Students are more likely to be interested in what they are learning, more motivated to learn new concepts and skills, and better prepared to succeed in college, careers, and adulthood if what they are learning mirrors real-life contexts, that equips them with practical and useful skills.
SYFC Measures Emotional Intelligence in Candidates
Employers want to know you as a candidate. They not only want to determine if you have the technical aptitude and job specific expertise but if you will be a “fit” within their organizational culture. One way they can do this is by interviewing for emotional intelligence (EI) or sometimes referred to as the emotional quotient (EQ). As researchers Mayer and Salovey state, emotional intelligence is “the ability to monitor one’s own and others’ feelings and emotions, to discriminate among them and to use this information to guide one’s thinking and actions.”
The Scotlan Center is an innovative program of wrap around services and training which require staff to have unique skills sets and facilities with the equipment and learning resources that will captivate participants while addressing the intellectual and emotional needs to be competitive and career ready. We will provide the training necessary for the mental health first aid, traumatic incident reduction, anger management and emotional intelligence and other technical skills areas. We require and screen for these basic skill capacities and desire to work with at-risk and other youth with challenges in our community. We provide pathways out of poverty.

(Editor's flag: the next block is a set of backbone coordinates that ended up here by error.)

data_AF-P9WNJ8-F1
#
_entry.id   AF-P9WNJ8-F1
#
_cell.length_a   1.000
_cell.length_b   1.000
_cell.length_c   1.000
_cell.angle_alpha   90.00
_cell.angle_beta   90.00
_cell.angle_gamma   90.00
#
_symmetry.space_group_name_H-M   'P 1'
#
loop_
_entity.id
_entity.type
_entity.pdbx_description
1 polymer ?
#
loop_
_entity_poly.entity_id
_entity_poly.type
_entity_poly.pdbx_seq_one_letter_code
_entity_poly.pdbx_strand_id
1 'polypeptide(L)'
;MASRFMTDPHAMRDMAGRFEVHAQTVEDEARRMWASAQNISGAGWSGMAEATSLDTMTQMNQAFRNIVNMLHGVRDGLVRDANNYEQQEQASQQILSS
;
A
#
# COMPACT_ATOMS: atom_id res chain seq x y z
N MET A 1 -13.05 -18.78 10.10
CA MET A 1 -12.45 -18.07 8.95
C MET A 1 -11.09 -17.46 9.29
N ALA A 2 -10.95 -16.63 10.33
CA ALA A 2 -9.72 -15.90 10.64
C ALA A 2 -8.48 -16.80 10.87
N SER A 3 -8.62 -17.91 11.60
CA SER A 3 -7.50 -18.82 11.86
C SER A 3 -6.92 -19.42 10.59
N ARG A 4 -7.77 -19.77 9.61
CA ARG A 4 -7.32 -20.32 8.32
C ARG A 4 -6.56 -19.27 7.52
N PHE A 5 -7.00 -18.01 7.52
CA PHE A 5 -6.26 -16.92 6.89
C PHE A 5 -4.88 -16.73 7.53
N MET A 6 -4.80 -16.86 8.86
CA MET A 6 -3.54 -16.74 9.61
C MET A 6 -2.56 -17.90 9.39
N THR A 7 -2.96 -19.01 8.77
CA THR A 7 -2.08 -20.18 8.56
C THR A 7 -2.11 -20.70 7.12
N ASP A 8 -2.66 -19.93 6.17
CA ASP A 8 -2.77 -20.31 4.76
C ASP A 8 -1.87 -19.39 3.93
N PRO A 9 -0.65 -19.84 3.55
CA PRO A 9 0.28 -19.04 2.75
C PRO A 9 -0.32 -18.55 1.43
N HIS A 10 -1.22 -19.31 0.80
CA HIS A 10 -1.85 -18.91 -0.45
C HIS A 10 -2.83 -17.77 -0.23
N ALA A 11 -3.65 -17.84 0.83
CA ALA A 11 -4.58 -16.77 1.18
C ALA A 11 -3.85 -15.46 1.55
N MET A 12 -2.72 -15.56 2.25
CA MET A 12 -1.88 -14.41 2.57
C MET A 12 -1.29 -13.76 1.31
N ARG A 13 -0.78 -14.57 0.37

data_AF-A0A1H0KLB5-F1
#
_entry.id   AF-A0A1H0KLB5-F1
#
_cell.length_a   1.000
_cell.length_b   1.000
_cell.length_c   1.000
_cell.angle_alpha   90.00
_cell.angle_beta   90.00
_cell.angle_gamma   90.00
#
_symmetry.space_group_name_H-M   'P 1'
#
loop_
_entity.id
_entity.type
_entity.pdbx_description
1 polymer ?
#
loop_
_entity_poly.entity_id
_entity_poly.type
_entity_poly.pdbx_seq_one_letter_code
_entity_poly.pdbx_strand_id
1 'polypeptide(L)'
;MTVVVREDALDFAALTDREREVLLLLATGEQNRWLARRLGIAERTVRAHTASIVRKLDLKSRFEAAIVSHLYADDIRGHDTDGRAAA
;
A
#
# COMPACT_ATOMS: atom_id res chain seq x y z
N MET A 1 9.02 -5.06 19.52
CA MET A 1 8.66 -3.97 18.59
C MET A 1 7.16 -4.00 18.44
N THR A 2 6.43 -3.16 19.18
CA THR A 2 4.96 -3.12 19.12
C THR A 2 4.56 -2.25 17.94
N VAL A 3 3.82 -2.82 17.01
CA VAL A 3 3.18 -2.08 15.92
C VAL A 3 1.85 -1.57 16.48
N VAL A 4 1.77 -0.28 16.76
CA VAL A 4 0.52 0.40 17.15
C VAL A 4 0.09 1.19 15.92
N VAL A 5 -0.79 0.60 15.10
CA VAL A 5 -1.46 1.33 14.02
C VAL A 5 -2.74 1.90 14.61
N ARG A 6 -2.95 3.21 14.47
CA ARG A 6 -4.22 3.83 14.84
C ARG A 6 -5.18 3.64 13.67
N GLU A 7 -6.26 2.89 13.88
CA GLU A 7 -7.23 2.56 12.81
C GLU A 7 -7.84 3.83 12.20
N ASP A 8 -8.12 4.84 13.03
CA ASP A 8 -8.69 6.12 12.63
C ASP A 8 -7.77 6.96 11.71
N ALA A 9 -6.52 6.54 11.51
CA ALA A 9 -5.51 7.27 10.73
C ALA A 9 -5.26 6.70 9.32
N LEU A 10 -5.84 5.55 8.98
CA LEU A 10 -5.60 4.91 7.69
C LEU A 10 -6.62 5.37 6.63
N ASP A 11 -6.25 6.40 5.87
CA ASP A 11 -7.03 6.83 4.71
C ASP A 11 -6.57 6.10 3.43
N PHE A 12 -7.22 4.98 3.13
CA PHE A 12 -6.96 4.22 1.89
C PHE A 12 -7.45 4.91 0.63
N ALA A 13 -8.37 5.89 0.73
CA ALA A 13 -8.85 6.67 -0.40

Certain skills may be more or less relevant to you depending on your life circumstances, your culture, beliefs, age, geographic location, etc. However, in 1999, the World Health Organization identified six key areas of life skills:
Communication and interpersonal skills.
Decision-making and problem-solving.
Creative thinking and critical thinking.
Self-awareness and empathy, which are two key parts of emotional intelligence.
Assertiveness and equanimity, or self-control.
Resilience and ability to cope with problems
Financial literacy is a process through which an individual (or a family) gains a basic understanding of banking, savings, and the importance of good credit. It increases the likelihood that low- or moderate-income individuals or families will be able to buy a home or start a small business — and encourages economic stability in a given community. When developing a financial literacy training, the topics covered will necessarily reflect the unique needs of the audience as determined by a needs assessment. This practice lists many topics commonly included in money management or financial literacy curricula.